I just had the most amazing classes with my 5-year olds! We successfully completed Standards AP 1.1, 1.2 and 1.4 and threw in an extra CE 2.3 for good measure! As if that wasn’t enough, we spiced it all up with HCC 3.2 and MCC K.3. You can imagine how proud I was when I discovered that they could Count Forward with Vocal Variety and achieve the Integrated Outcome I had planned for them. And to top it all off, we used a Big Idea (that 5-year-old children could count forward from zero to ten) and just to send the whole lesson through the roof, we spoke, sang, shouted and whispered. You can imagine how I came home beaming with joy and slept the sleep of the good and righteous, knowing that Common Core had led me into the light of pedagogical revelation. And you know the kids were just bustin’ their buttons at carpool as they jumped into the car shouting, “Mom! We aced the HCC 3.2 today!!!”
Before I read through the hundreds of pages of standards and outcomes and scientifically-tested ways to ensure my students were learning everything I taught them and were thoroughly prepared for life in the 21st century, I was a lost waif wandering aimlessly through the halls of “Uh, gee, I don’t know, kids” education. I used to let my kids play with fingerpaints without ever once testing, measuring and assessing whether “The child successfully dipped the finger in the paint can and applied it to the canvas without sucking on his/her finger, painting his neighbor’s eyeball or writing obscenities. (Standard FU 6.9).” They just had a rollicking good time trying stuff out and we talked about what he painted and what it was and how he thought about it and what he might add.
I’d let the kids mess around on Orff xylophones and then learn a short pattern and invite them to improvise variations. Apparently, I accidentally did something good here, as Creativity was an acknowledged 21st Century Skill. But without ticking off the HUH? 6.6 box and proving that the child is now ready to appreciate John Coltrane’s A Love Supreme, I was simply wandering in the dark.
Before I saw the light, I used to spend hours remembering how kids think and imagine and explore and built my lessons around that, but now I see that was time better spent making sure that they can “count forward from zero to ten using four different voices.” I used to create opportunities for play within structures that revealed the essence of the ideas and techniques of a particular lesson, watch and observe the kids’ responses, help shape and grow them, ask leading questions, engage in Socratic dialogue or simply leave them alone and prepare myself to be astonished. But no more. Everything now fits inside the neat little boxes prepared by people far away who will never meet my kids.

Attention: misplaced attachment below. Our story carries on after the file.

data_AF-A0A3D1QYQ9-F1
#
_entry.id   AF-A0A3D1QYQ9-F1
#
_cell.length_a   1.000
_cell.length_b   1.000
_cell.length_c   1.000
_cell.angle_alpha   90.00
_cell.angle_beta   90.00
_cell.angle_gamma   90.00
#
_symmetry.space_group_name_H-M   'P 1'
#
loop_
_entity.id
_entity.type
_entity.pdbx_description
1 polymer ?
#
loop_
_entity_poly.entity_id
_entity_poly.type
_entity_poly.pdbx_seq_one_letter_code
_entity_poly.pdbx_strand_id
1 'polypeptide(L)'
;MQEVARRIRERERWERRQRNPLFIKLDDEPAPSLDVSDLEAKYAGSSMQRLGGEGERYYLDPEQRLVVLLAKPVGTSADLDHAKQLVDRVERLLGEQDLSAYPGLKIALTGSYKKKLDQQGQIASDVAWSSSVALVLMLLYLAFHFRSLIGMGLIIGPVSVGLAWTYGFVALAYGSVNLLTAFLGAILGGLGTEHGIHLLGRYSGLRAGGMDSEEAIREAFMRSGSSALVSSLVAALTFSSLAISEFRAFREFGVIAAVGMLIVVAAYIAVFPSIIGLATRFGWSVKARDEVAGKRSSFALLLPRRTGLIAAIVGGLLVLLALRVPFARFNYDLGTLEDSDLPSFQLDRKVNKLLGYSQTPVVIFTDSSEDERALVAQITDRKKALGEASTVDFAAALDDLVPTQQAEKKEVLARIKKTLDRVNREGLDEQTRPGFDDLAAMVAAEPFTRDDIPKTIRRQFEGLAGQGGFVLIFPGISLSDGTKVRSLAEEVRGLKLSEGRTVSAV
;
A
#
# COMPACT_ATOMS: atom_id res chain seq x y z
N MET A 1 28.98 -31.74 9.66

Before I wrote out my lesson plans to be approved by either living or mechanical robots, I’d spend that time improvising at the piano or playing around with an idea for a class until it came into form or reading brilliant educational thinkers like Whitehead, Montessori, Steiner, Dewey, but now I see the error of my ways. Children should not be left alone to just play, explore, discover, mess around, ask questions, try things out. Adults should not be encouraged to watch them, observe them, gently guide them, inquire alongside of them, celebrate them, praise them, bless them. Without the heroic efforts of the folks who brought us Common Core or any other current jargon coming from the hollowed halls of top-drawer education, we would be left wandering in the dark of our ignorance as to how to pass on our love for our subject, how to offer the necessary techniques, ideas and crafts, how to assess every minute of every class what the child needs next and think about how we can give it to her.
Wait! What’s that? An earthquake?! Or Friedrich Froebel, the visionary who first coined the word “Kindergarten,” rolling over in his grave?
PS. For those curious, below is a sample of the brilliant lesson I extol above.
Identity: Me and My World: How do we use our senses to observe and learn about the world around us?
Kindergarten: Arts Integration with Dance, Music and Mathematics LESSON
3: Counting Forward With Vocal Variety
BIG IDEA: I can us my voice and body to perform counting songs and rhymes. I can count forward from zero to ten using my voice to speak, sing, shout and whisper.
INTEGRATED OUTCOME: With or without guidance and support from an adult, students will participate in a counting song or chant using appropriate voice and movements.Action Music Elements: Timbre
CALIFORNIA MATHEMATICS STANDARDS
MCC K. 3 Write numbers from 0 to 20. Represent a number of objects with a written numeral 0-20.
MCC K.4 When counting objects, say the number names in the standard order, paring each object with one and only one number name and each number with one and only one object.
CALIFORNIA MUSIC AND DANCE STANDARDStard
AP 1.1 Build the range and capacity to move in a variety of ways.
AP 1.2 Perform basic locomotor skills (e.g., walk, run, gallop, jump, hop and balance).
AP 1.4 Perform simple movements in response to oral instructions (e.g., walk, turn, reach).
CE 2.3 Respond spontaneously to different types of music, rhythms, and sounds.
AP 1.2 Identify and describe basic elements in music (e.g., vocal timbre)
HCC 3.2 Sing and play simple singing games from various cultures.
AV 4.1 Create movement that corresponds to specific music.
AV 4.2 Identify, talk about, sing, or play music written for specific purposes. Name and perform dances. Name and play dance games. Sing songs.
speak, sing, shout, whisper